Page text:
These fall between paddling jackets and dry tops in terms of water resistance. Like dry tops, they’re designed to block water and wind, but they don’t have latex neck gaskets to seal out moisture. Instead, they feature an adjustable neoprene neck gasket that isn’t as tight or constricting. Many semi-dry tops use the same fabric construction as dry tops: two layers of fabric (polyester, nylon, or similar) with a breathable, water-impermeable inner lining. The emphasis is on water resistance and breathability for when you’re paddling hard.  

Like dry tops, semi-dry tops often include latex wrist gaskets, double tunnels (an additional skirt-like piece of material around the waist to connect with spray skirts and paddling pants), and elastic waistbands. These added features make semi-dry tops a great pick for cold-weather river trips, especially when combined with a pair of paddling pants (see below). As with paddling tops, they’re designed with a roomy, comfortable cut to accommodate the motions of paddling, and they’re available in both long- and short-sleeve versions. While most don’t feature zippered necks in favor of better water resistance, most should have a chest or front pocket for accessories. Those made for sea kayaking sometimes also have hoods for better protection from the elements. 

Paddling Pants

Designed to keep your lower extremities warm and dry, paddling pants are made with water-resistant and breathable fabrics, with a waist and ankles that feature neoprene seals to block out water. The waistbands utilize adjustable (often Velcro) closures so you can dial in a snug, comfortable fit, and the ankles also come with adjustable closures for a tight seal around your legs. 

Look for pants with fully taped seams, which will more effectively block water. Beyond that, there are a few other features to consider.

  • Integrated Socks: Some paddling pants come with integrated socks (you’ll still want to wear water shoes with them, however). Benefits include additional warmth and water resistance for socks worn underneath (a hit with kayak anglers using more exposed sit-on-top kayaks), while drawbacks include a tighter fit into your water shoes and less breathability overall when it’s warm.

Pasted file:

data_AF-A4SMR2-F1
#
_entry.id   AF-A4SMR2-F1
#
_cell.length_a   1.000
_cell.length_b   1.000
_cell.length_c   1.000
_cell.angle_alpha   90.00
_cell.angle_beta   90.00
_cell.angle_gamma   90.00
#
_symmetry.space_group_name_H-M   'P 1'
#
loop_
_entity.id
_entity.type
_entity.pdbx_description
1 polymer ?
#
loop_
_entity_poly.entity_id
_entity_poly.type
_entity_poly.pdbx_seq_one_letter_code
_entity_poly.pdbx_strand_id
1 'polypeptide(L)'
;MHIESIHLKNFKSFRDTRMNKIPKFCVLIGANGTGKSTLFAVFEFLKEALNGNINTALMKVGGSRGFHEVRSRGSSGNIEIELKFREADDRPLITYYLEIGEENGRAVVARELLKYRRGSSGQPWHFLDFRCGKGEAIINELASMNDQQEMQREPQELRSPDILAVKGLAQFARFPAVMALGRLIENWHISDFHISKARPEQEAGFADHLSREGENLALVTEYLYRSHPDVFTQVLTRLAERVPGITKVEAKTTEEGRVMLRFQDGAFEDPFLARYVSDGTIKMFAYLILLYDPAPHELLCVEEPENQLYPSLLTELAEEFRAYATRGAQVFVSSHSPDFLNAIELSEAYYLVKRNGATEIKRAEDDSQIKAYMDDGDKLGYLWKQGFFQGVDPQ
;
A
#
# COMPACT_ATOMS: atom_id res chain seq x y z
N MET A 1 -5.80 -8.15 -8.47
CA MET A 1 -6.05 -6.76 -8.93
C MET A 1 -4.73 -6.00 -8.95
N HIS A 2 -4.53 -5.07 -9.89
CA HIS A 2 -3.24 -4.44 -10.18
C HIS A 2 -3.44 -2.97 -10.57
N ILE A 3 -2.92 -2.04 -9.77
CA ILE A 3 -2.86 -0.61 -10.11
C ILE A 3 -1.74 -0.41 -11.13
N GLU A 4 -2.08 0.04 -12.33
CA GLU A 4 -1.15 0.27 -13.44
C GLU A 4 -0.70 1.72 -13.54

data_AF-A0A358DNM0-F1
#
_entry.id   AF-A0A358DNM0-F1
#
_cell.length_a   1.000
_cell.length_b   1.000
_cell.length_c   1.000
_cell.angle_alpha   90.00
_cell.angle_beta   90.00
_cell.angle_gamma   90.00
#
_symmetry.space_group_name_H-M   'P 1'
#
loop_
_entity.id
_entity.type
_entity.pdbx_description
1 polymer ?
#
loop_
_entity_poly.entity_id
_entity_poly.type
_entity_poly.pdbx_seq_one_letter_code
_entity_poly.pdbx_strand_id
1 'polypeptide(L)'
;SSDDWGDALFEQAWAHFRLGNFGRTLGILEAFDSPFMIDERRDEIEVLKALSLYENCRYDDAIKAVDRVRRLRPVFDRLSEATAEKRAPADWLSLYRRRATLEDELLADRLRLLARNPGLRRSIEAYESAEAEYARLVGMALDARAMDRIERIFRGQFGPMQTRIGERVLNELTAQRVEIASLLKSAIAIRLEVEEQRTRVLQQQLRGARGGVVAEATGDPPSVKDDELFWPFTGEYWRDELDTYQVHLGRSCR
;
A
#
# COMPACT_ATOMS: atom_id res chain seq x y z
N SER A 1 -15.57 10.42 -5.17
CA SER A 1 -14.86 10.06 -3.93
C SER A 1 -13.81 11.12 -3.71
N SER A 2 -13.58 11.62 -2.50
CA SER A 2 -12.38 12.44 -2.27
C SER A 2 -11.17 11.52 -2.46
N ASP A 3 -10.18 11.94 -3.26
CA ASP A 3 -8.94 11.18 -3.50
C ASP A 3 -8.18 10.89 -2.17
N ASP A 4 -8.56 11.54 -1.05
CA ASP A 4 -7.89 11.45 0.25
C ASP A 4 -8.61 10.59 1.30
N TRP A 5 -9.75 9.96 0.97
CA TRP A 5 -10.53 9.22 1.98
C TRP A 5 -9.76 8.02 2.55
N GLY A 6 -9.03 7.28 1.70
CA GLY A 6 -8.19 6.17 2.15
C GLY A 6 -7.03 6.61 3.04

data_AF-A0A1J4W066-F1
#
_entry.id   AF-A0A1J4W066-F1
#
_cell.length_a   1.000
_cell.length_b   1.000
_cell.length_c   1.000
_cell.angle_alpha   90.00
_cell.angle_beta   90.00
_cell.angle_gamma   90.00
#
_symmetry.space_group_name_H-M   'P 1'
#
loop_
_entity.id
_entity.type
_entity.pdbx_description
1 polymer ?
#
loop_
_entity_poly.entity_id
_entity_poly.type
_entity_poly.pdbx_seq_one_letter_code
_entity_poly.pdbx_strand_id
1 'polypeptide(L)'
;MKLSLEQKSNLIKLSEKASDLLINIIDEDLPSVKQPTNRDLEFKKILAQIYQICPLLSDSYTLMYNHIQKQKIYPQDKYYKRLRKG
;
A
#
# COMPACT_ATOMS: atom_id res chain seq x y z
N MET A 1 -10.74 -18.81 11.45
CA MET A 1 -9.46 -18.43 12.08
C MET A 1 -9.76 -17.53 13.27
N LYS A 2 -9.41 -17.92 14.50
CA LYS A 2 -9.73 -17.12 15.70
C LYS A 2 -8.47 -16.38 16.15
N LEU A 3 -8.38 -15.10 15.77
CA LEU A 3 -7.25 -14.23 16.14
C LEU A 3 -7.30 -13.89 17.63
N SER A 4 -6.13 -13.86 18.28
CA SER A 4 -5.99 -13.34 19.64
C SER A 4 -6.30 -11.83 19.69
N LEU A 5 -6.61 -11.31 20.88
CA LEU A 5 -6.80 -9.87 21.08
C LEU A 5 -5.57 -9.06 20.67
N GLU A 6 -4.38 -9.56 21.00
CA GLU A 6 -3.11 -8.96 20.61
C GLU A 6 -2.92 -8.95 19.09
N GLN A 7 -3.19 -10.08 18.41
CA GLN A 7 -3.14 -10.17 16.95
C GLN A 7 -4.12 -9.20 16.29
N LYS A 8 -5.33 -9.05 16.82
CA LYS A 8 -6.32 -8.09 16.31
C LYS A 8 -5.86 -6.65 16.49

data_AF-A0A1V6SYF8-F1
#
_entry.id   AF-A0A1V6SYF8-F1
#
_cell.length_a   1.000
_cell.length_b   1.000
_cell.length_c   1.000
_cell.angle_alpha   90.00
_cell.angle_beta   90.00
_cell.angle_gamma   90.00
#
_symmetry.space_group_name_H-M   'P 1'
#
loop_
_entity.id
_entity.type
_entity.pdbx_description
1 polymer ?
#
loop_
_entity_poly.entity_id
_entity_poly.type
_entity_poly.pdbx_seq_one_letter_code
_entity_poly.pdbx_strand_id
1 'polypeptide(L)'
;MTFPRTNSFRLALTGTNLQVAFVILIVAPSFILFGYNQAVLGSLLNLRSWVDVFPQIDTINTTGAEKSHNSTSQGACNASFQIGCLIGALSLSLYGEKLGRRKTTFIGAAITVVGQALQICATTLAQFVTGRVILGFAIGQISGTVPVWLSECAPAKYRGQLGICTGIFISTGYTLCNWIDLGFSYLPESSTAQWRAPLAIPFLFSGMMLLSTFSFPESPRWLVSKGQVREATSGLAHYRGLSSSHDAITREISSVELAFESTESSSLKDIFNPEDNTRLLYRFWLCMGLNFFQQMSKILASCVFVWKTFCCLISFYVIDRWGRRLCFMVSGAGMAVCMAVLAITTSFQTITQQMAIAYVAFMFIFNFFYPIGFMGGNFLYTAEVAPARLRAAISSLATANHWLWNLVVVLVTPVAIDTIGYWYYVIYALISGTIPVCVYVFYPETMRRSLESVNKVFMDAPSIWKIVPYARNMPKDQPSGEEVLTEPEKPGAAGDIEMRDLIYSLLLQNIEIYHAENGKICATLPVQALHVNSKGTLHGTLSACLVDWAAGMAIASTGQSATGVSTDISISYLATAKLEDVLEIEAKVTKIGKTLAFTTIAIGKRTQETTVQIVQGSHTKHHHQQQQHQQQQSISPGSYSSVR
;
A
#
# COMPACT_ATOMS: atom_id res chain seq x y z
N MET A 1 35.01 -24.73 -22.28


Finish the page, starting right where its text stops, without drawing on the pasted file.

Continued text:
• Hip Pockets: These provide additional storage—just make sure they have drain holes to let out water, and zipper closures to keep stowed items secure.
  • Articulated Leg Panels: These panels are designed to flex more easily with the movement of your legs. This makes them more comfortable when sitting with your legs bowed (think: in a kayak), or upright or kneeling (in a canoe). It also makes them less restrictive when hiking or portaging. Canoe trippers dealing with extended portages or any degree of bushwhacking will want to look for heavier duty fabrics and reinforced panels. 
  • Inner Liners: Some pants employ soft inner-liners, often made of synthetic mesh material, that make them more comfortable against the skin and help wick moisture, too.

Cold-Weather Gear 

If you’re paddling on a cold day, you’ll need additional insulating layers to stay warm. They don’t have to be paddling-specific; your ski, hiking or other moisture-wicking, quick-drying inner layers will work fine. Look for synthetic or wool (non-cotton) layers, which will wick moisture, and layer them under your splash-proof top and pants. 

All articles are for general informational purposes.  Each individual’s needs, preferences, goals and abilities may vary.  Be sure to obtain all appropriate training, expert supervision and/or medical advice before engaging in strenuous or potentially hazardous activity.